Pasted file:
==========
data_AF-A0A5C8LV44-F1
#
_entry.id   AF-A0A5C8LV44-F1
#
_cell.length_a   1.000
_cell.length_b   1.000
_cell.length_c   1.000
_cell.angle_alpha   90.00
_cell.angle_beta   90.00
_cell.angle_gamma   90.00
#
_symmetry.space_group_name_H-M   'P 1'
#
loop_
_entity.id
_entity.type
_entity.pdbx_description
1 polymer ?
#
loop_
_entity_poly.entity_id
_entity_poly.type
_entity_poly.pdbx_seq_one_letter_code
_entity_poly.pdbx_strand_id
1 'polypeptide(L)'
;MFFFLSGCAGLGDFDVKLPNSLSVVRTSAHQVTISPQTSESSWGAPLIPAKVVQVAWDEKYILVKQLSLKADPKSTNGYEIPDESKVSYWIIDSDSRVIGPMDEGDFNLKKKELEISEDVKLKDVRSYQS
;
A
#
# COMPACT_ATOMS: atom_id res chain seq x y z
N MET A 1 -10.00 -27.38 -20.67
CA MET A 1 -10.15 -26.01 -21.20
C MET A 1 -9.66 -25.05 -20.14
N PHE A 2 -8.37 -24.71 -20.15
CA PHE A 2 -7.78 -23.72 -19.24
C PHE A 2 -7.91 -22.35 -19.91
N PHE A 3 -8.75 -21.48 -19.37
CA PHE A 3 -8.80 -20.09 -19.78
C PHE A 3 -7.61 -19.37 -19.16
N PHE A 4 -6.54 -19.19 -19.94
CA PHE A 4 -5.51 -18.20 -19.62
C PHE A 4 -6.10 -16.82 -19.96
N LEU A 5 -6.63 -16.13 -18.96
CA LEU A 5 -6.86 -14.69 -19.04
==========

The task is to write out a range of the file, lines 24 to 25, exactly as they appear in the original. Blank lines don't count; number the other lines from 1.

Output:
_entity_poly.pdbx_strand_id
1 'polypeptide(L)'